The Brewers narrowly missed out on a postseason appearance in 2012 but with Ryan Braun set to have another MVP-caliber season, there's no reason to think they won't be in the thick of things when September rolls around.
10. Dodger Stadium
Victor Decolongon/Getty Images
2012 Average Attendance: 41,040
It's amazing how much of a difference a year can make, and there are few bigger examples of this than the Los Angeles Dodgers roster.
With new ownership in place, the team has revamped their roster and proven that money will be no obstacle as they look to bring home a World Series championship for their loyal fans.
9. Great American Ballpark
Jonathan Daniel/Getty Images
2012 Average Attendance: 28,978
The Cincinnati Reds may have exited the postseason all too early last fall, but their fanbase will no doubt have a short memory as they look towards this season and all the potential that comes along with it.
They're looking like the team to beat in the NL Central, and an electric atmosphere will no doubt be in play on a nightly basis at the Great American Ballpark.
8. Comerica Park
Doug Pensinger/Getty Images
2012 Average Attendance: 37,383
Fans in Detroit came out in droves throughout last season and were ultimately rewarded with a World Series appearance by their Tigers.
Being swept may have temporarily quelled the mood in the Motor City, but the Tigers will once again be favorites in the AL Central and with a star-studded roster in play, Comerica Park should be rockin' once the season gets underway.
7. Rangers Ballpark
Ronald Martinez/Getty Images
2012 Average Attendance: 42,719
The offseason hasn't been overly kind to the Texas Rangers, who saw Josh Hamilton depart to a division rival and failed to get that top-tier starting pitcher they hoped for.
In any case, the Rangers have one of the most engaged fanbases in all of baseball and with a strong postseason record in the past few seasons, it's hard to believe they'll see any decline this time around.
6. Yankee Stadium
Bruce Bennett/Getty Images
2012 Average Attendance: 43,733
Yankee Stadium itself is a shrine to the biggest names in baseball history and home to one of the most prideful fanbases in all of professional sports.
It can no doubt be an intimidating place for opposing teams to play, though it is interesting that they can average nearly 44,000 fans per game with so many empty seats...
5. Busch Stadium
Kevin C. Cox/Getty Images
2012 Average Attendance: 40,272
With the passing of Stan Musial a few days ago, the St. Louis community lost one of the best baseball players to ever set foot on the diamond and a true Cardinals icon.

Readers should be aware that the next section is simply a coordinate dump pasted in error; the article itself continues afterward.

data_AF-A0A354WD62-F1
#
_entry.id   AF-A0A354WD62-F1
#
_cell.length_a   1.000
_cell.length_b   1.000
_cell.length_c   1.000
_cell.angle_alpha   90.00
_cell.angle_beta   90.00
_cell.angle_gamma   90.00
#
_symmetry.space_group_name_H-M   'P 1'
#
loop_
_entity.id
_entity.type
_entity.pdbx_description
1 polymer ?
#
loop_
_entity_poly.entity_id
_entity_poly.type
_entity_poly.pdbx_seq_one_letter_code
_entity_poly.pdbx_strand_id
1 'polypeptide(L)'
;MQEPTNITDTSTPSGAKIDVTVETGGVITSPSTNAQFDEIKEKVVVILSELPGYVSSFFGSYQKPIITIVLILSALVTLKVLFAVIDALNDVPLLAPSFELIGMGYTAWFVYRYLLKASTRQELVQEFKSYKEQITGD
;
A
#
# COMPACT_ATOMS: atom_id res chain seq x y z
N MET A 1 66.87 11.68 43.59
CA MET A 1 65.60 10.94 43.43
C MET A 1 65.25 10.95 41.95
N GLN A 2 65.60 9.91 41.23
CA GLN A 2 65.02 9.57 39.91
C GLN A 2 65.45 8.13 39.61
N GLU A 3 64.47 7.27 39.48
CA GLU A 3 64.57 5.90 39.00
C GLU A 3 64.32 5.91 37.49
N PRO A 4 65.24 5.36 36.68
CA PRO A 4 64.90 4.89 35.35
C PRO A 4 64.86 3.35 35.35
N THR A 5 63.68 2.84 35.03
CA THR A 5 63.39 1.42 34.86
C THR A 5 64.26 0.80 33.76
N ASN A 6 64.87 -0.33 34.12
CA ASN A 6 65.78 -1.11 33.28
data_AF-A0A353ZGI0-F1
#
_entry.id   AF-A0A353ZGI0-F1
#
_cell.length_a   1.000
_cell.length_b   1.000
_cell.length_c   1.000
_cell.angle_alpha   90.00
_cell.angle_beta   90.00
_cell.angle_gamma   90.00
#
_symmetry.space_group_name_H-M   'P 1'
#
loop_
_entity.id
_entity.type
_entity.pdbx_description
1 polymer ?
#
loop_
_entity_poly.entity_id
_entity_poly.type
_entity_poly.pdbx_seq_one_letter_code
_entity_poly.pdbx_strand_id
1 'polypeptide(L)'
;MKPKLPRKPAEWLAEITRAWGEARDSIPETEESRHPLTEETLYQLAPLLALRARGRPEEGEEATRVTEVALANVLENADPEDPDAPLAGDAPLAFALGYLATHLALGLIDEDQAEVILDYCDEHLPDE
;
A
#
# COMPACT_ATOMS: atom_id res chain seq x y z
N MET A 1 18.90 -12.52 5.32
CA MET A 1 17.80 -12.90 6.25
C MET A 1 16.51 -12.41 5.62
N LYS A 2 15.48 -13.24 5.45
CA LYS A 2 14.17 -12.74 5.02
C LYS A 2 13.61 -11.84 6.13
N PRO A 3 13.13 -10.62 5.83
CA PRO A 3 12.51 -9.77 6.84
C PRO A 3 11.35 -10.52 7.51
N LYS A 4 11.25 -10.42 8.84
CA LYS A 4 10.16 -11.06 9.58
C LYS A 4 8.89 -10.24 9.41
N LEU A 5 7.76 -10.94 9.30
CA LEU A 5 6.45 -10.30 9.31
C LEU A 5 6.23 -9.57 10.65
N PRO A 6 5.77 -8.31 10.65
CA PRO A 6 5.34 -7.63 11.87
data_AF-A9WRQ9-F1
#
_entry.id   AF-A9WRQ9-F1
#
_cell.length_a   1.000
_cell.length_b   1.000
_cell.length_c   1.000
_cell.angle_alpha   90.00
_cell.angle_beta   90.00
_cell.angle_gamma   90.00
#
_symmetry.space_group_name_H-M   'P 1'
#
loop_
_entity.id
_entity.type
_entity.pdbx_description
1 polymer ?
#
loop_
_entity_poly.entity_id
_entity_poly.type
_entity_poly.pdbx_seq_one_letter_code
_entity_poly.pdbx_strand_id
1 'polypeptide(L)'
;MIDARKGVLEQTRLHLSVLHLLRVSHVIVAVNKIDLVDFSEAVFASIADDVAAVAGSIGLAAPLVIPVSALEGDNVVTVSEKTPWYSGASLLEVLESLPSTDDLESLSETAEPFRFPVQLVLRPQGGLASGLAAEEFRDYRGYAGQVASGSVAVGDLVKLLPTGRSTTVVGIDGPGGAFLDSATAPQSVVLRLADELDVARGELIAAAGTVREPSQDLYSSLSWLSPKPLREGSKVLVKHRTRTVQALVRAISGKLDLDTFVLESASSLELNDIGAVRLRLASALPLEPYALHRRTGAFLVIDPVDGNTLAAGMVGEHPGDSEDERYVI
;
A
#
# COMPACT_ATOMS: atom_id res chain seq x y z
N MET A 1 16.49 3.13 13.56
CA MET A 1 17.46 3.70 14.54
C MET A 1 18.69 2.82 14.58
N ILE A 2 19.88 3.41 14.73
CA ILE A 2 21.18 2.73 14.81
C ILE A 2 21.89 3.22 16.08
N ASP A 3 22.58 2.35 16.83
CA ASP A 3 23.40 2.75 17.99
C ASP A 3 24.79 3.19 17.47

There isn't a better way for fans in St. Louis to support his memory than to continue to support his favorite team as they've done year after year.
4. Wrigley Field
David Banks/Getty Images
2012 Average Attendance: 35,589
The Chicago Cubs faithful may be one of the most tortured fanbases in all of sports, but that's all that much more a testament to their dedication to the team they've loved for generations.
I have to believe the Cubs will eventually get back to the postseason and ultimately win that elusive world championship, and when it does happen, you had better believe Wrigley Field will be the most electric place on the planet.
3. Fenway Park
Jim Rogash/Getty Images
2012 Average Attendance: 37,567
There are few stadiums in baseball that have as rich of a history as Fenway Park.
The Boston Red Sox have one of the most dedicated fanbases in all of sports and though they've endured their share of struggles over the past few seasons that hasn't in any way stopped them from showing more emotion than any other.
2. AT&T Park
Jason O. Watson/Getty Images
2012 Average Attendance: 41,695
There isn't a better way to gain support of your fans than putting a winning product on the field, so it's no surprise that AT&T Park is one of the best atmospheres in all of baseball.
As the reigning World Series champions, the Giants will no doubt have plenty of support by the bay in 2013, and with a roster capable of a repeat performance, we'll likely be witnessing some more October baseball in McCovey Cove this fall.
1. Citizens Bank Park
Hunter Martin/Getty Images
2012 Average Attendance: 44,021
It seems to be a general stereotype that Philly fans are the most arrogant in the sports world, but it's often times hard to draw the line between arrogance and passion.
A lackluster 2012 campaign no doubt caused a great deal of frustration in the City of Brotherly Love, but the Phillies still led the league in attendance with nearly 45,000 fans showing up every night.
The NL East has gotten more competitive this offseason, meaning that things won't get any easier for the Phillies, but with one of the best rotations in all of baseball, they'll surely have the fans on their feet all season long.